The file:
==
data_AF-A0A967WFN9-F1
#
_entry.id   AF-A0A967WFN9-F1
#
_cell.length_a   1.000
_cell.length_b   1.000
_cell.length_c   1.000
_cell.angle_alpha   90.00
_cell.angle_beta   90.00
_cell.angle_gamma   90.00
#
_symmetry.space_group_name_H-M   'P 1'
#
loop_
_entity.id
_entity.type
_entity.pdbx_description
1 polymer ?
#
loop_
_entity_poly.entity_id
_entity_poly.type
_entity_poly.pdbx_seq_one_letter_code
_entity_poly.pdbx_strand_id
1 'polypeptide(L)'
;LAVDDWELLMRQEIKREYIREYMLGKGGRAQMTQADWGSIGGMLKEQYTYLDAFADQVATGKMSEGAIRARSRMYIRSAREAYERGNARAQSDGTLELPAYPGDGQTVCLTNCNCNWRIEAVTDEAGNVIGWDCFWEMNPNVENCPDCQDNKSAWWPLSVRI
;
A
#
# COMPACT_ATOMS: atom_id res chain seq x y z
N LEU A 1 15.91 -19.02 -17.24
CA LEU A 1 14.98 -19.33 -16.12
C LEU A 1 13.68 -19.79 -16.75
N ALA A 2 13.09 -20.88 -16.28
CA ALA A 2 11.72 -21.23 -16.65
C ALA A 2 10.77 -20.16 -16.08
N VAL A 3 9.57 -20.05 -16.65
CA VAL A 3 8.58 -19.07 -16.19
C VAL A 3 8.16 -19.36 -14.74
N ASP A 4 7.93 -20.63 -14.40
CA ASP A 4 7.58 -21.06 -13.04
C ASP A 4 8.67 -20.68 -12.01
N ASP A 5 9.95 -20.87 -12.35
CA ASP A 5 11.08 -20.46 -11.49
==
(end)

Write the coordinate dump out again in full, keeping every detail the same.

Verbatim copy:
data_AF-A0A967WFN9-F1
#
_entry.id   AF-A0A967WFN9-F1
#
_cell.length_a   1.000
_cell.length_b   1.000
_cell.length_c   1.000
_cell.angle_alpha   90.00
_cell.angle_beta   90.00
_cell.angle_gamma   90.00
#
_symmetry.space_group_name_H-M   'P 1'
#
loop_
_entity.id
_entity.type
_entity.pdbx_description
1 polymer ?
#
loop_
_entity_poly.entity_id
_entity_poly.type
_entity_poly.pdbx_seq_one_letter_code
_entity_poly.pdbx_strand_id
1 'polypeptide(L)'
;LAVDDWELLMRQEIKREYIREYMLGKGGRAQMTQADWGSIGGMLKEQYTYLDAFADQVATGKMSEGAIRARSRMYIRSAREAYERGNARAQSDGTLELPAYPGDGQTVCLTNCNCNWRIEAVTDEAGNVIGWDCFWEMNPNVENCPDCQDNKSAWWPLSVRI
;
A
#
# COMPACT_ATOMS: atom_id res chain seq x y z
N LEU A 1 15.91 -19.02 -17.24
CA LEU A 1 14.98 -19.33 -16.12
C LEU A 1 13.68 -19.79 -16.75
N ALA A 2 13.09 -20.88 -16.28
CA ALA A 2 11.72 -21.23 -16.65
C ALA A 2 10.77 -20.16 -16.08
N VAL A 3 9.57 -20.05 -16.65
CA VAL A 3 8.58 -19.07 -16.19
C VAL A 3 8.16 -19.36 -14.74
N ASP A 4 7.93 -20.63 -14.40
CA ASP A 4 7.58 -21.06 -13.04
C ASP A 4 8.67 -20.68 -12.01
N ASP A 5 9.95 -20.87 -12.35
CA ASP A 5 11.08 -20.46 -11.49